Youth Behind Bars report cover image
Courtesy image / Michigan Council on Crime and Delinquency

There’s been increasing scrutiny in recent years of how Michigan treats juveniles who are tried and convicted as adults in the state’s justice system. A bipartisan coalition of Michigan lawmakers is proposing big changes to the way the state handles these cases. We talk to Sen. Rick Jones, one of the sponsors of the bill package being introduced Wednesday, and Kristen Staley, Associate Director of Youth Justice Policy for the Michigan Council on Crime and Delinquency.

Meridian Township Police patch
Courtesy image / Meridian Township Police Department

For 17 years, the Meridian Township Police Department has invited those it serves to get an up close look at day to day life behind the Thin Blue Line. The township’s Police Citizens Academy is an outreach tool that both officers and participants say pays dividends in trust. Current State’s Kevin Lavery previews this year’s session.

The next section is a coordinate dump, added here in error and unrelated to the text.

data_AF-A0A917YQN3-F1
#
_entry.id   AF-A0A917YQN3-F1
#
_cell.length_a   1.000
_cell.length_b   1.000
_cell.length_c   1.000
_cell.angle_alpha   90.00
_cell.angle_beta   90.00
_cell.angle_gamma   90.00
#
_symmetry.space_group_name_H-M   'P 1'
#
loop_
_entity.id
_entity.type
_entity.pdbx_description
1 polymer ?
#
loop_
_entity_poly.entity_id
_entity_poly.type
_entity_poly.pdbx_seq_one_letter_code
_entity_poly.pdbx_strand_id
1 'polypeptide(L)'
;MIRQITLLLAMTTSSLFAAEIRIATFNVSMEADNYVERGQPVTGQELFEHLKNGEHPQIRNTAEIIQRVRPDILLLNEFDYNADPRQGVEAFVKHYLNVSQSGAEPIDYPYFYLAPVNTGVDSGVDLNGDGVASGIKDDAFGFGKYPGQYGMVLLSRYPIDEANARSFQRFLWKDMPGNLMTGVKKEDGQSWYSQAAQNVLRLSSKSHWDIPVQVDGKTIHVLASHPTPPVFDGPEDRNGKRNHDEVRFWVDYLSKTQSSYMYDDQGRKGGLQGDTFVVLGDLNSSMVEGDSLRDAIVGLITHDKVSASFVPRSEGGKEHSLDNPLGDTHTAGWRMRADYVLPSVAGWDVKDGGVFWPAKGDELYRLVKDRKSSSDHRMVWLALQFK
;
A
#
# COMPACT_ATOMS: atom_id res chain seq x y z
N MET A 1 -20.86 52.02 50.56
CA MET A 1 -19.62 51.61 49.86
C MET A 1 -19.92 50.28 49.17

Mike Yankowski photo
Scott Pohl / WKAR

Medical cases involving the use of heroin are on the rise in Lansing. Current State talks with police chief Mike Yankowski about efforts to deal with the increasing usage of heroin use in the city.


Social media and the internet have helped solve a Michigan-based disappearance dating back more than 30-years. 17-year old Carol Ann Cole of Kalamazoo vanished in 1980 shortly after leaving Michigan for Texas. For about as long, Louisiana authorities had been trying to identify the body of a young woman found in woods near Shreveport. Posts on Facebook and Craigslist, described as “happenstance”, helped bring together authorities and members of Cole’s family in February. It was six days after the Facebook page was launched.

Flickr - Chris Miller

Michigan has the second highest number of juvenile lifers in the U.S. Those are people who were sentenced to life in prison without parole before they turned 18. In 2012, the U.S. Supreme Court ruled that sentencing laws mandating life without parole for juvenile offenders amounted to cruel and unusual punishment. Michigan was one of a few states not to apply that ruling retroactively. But now, a case before the U.S. Supreme Court could determine whether those juvenile lifers sentenced before 2012 will get a shot at release.